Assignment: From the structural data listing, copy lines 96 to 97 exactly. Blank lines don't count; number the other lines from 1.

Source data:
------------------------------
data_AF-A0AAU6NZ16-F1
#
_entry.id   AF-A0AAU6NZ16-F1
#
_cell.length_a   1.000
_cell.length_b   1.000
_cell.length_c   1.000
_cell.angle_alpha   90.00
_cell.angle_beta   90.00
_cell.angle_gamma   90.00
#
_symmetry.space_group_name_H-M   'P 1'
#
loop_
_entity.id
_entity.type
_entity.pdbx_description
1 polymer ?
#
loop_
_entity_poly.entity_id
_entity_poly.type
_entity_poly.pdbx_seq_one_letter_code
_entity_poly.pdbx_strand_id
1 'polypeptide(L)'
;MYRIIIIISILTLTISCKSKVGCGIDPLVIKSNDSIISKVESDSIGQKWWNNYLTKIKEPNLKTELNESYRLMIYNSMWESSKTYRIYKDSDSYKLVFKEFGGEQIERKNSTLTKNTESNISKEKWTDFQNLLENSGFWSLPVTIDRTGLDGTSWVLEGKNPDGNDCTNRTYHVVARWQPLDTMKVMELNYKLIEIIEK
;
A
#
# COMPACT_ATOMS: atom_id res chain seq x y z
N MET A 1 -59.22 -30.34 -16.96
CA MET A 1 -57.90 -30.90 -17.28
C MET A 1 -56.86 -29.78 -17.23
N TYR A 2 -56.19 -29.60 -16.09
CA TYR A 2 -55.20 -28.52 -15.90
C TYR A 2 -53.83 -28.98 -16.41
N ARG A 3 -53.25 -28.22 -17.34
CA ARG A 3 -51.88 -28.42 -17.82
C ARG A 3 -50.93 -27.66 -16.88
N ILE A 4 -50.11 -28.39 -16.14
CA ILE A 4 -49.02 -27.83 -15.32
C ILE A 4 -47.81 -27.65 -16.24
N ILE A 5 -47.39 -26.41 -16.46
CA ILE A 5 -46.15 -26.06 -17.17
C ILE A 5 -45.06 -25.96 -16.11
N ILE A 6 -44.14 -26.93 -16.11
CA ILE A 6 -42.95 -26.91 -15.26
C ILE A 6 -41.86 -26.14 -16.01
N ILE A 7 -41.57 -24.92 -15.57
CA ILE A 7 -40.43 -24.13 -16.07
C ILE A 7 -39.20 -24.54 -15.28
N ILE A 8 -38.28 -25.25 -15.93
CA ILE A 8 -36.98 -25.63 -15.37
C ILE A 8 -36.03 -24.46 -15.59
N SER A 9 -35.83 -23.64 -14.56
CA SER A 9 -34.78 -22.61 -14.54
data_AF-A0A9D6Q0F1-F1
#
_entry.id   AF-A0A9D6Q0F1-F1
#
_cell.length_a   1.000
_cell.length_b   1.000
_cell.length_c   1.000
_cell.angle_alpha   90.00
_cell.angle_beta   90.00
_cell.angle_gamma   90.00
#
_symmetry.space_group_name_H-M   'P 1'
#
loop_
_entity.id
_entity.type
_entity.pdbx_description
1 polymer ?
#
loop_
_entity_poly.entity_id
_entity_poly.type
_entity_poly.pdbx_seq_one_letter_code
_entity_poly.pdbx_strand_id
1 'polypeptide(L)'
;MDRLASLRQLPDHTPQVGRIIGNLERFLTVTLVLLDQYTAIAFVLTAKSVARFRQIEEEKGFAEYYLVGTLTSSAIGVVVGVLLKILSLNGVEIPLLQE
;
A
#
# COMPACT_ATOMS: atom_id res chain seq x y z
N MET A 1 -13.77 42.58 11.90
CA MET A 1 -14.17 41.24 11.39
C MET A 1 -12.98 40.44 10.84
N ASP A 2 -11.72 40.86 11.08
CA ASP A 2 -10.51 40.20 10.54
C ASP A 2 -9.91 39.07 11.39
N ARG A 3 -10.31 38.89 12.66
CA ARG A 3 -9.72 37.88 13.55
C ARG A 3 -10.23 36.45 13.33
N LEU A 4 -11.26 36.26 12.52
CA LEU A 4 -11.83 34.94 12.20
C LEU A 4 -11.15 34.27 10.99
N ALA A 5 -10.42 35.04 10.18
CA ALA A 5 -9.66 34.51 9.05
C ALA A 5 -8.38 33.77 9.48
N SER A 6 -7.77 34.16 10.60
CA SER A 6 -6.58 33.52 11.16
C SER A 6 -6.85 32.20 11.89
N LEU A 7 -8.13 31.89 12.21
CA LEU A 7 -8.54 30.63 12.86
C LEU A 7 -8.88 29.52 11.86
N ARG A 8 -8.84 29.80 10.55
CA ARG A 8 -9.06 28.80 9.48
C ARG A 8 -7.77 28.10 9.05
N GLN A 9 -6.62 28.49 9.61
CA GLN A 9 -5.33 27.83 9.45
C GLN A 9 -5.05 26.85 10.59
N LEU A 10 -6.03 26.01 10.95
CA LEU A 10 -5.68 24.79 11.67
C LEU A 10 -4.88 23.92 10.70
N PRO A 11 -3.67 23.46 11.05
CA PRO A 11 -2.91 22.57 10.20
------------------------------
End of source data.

N LEU A 4 -11.26 36.26 12.52
CA LEU A 4 -11.83 34.94 12.20